On the Russian social sphere, 24 August was the day for taking stock of the first six months of the conflict. Military analyst Boris Rozhin analysed the conflict from three points of view:
Syriaisation of the conflict
‘During these six months, fronts with bastion cities were formed and stabilised. The Ukrainians, according to Rozhin, are increasingly and systematically moving towards terrorist methods of warfare (see attacks in Crimea, and in Russian cities). The size of the theatre of war exceeds the forces available on both sides, despite all efforts to build up the groups. And still the supply of foreign weapons plays a significant role in maintaining the intensity of the conflict, while it is impossible to completely close the supply channels. There is a high percentage of foreign mercenaries and intelligence services in the organisation of adversary activities. And still there are inevitable White Helmets-style provocations and playing cards on weapons of mass destruction. There is currently a complete paralysis of the negotiation process due to the desire of the promoters of the conflict to achieve their goals at any cost. Terrorist attacks in Russian cities with territorial claims against Russia are on the rise’.
A conflict in the long run
“This is not a direct confrontation, Ukraine,” says Rozhin, “is Syria maxima. The fighting on its territory will go on for a long time, destroying what is left of Ukraine. Economically, Ukraine, like Syria, will be a disaster waiting to happen. A substantial part of its infrastructure will simply be destroyed by the chosen format of the war. Systematically, something will only be rebuilt in the territories under Russian control, which Russia considers to be its own. Not only that,’ according to the military analyst, ‘even the territories that will become Russian will remain in anti-terrorist operation mode for a long time and the internal terrorist acts of extremist nationalists will compete with those of Islamists in Syria.
Ukraine represents the US-Russian struggle to shape the world’s future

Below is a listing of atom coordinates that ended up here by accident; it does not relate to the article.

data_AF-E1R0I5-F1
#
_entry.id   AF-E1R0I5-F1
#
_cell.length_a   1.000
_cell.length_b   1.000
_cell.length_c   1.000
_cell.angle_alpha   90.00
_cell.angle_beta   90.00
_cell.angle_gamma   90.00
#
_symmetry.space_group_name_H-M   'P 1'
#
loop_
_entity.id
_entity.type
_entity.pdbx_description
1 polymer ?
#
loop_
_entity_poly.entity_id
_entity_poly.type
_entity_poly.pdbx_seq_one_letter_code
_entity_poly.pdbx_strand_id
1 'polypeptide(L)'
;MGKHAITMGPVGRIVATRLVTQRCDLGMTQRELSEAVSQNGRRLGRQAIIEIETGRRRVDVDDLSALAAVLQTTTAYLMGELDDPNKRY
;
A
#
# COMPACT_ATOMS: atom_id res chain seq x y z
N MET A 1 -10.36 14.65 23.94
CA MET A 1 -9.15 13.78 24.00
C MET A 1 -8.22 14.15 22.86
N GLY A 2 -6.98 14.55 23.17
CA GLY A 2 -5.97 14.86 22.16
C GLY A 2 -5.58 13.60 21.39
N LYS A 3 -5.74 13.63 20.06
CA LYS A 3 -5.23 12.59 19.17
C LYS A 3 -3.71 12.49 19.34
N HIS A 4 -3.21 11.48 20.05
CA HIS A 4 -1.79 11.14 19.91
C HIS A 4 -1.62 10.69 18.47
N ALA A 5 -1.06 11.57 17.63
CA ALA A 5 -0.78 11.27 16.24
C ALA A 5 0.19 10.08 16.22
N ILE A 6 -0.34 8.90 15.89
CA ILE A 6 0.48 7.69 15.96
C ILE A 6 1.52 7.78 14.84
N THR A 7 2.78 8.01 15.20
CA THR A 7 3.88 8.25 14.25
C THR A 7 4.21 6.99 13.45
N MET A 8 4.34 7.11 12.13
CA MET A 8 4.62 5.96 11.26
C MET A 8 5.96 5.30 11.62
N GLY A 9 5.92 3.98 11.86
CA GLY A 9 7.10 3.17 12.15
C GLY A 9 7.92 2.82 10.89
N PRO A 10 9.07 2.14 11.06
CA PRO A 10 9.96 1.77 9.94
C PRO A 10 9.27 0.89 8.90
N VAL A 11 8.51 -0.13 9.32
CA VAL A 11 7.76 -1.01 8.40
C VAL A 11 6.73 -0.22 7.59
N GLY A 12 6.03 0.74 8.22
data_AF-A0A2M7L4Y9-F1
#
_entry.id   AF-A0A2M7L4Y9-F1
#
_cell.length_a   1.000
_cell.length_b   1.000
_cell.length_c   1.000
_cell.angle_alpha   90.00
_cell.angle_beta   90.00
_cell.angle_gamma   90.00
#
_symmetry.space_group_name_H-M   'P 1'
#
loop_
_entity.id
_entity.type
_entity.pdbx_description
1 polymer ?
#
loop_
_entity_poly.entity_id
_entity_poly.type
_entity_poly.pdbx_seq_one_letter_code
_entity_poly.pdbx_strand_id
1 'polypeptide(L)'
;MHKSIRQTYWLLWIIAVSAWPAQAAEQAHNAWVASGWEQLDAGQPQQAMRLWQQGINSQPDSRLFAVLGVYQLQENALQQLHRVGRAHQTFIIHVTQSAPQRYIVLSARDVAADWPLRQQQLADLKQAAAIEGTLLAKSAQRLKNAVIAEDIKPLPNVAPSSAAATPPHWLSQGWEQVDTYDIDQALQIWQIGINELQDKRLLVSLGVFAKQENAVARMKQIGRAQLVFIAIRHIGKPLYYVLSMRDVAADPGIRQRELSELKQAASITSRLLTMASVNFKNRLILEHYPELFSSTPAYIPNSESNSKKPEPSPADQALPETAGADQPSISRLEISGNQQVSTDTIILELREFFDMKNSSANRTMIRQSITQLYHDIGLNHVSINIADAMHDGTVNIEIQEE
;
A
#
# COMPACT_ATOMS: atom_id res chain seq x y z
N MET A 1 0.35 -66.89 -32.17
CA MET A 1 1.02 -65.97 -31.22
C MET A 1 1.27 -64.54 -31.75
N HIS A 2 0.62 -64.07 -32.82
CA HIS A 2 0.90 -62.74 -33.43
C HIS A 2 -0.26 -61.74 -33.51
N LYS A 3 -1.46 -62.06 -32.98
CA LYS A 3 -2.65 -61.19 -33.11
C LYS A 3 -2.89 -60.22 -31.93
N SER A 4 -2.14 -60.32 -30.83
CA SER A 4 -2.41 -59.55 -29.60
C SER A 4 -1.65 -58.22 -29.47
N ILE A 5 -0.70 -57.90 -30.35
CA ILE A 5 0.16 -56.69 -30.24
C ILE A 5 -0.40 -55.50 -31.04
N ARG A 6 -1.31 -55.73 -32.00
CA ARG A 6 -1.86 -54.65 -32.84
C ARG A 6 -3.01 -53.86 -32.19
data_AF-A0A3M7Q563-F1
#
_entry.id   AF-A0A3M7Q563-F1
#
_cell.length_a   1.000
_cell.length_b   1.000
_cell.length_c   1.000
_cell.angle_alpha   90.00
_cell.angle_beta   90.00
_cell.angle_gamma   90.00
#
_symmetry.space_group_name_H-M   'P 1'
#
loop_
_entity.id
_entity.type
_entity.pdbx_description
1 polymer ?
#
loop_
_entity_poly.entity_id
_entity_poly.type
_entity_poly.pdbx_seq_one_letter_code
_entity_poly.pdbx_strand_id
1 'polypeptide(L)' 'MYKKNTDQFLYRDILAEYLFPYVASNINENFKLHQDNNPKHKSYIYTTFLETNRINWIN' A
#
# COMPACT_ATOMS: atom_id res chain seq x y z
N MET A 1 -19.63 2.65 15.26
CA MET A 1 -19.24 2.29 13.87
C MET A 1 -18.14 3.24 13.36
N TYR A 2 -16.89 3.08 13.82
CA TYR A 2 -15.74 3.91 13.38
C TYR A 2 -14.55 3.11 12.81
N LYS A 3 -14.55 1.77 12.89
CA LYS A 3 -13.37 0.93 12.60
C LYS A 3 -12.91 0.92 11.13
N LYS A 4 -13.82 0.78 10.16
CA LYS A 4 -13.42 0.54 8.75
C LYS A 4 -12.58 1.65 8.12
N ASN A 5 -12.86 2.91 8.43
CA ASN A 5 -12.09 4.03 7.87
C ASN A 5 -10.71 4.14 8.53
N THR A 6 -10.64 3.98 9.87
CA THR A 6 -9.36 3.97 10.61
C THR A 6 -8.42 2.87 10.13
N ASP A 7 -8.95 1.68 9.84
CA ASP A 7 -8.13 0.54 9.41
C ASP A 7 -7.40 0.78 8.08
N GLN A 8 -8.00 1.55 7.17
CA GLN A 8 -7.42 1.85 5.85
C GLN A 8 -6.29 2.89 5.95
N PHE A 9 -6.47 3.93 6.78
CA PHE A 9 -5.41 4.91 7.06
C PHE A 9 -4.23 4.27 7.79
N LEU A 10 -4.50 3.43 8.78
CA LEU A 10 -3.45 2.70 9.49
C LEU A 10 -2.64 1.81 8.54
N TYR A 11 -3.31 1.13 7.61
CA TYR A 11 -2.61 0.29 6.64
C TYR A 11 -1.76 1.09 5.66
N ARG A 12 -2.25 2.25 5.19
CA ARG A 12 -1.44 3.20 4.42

“For Russia, as for the United States, this is a war not only for the control of territories, but also a struggle for the configuration of the future world order, where the survival of Ukraine as a state is not crucial, nor is the economic survival of Europe, which is not an actor in the changes taking place, but a victim of them. Just as the war in Syria reshaped the entire Middle East, the war in Ukraine will reshape the existing world order. For the Russian Federation, as for the United States, this is not a sprint, but a race in stages, for which – Rozhin says – we should be prepared (although we cannot yet say this for all societies and states), as well as for the continuation of hostilities in the winter, spring and summer of 2023. Recall that Palmyra was taken in March 2016, Aleppo in December 2016 and Deir ez-Zor was liberated in September 2017. But Idlib was not taken’. According to the analyst: “As in Syria, we are not only fighting an army of local terrorists in Ukraine. Behind them, as in Syria, is our main enemy: the United States and its European satellites. That is why the conflict has turned into a gruelling confrontation not only in the streets of Soledar or Marinka, but also in the fields of economic and political battles for the future world order’. The task of the Russian Federation is simple and difficult at the same time: to resist this confrontation and achieve its goals. The state and society will have to make significant efforts to achieve this goal. The laxity and underestimation of the threats posed by our enemies, who constantly raise the stakes, must be matched by an appropriate response. Returning to the starting station or pressing the stop button is no longer an option. Having made greater commitments and acting as a historically subject country, the Russian Federation has no choice but to move forward to achieve its goals’.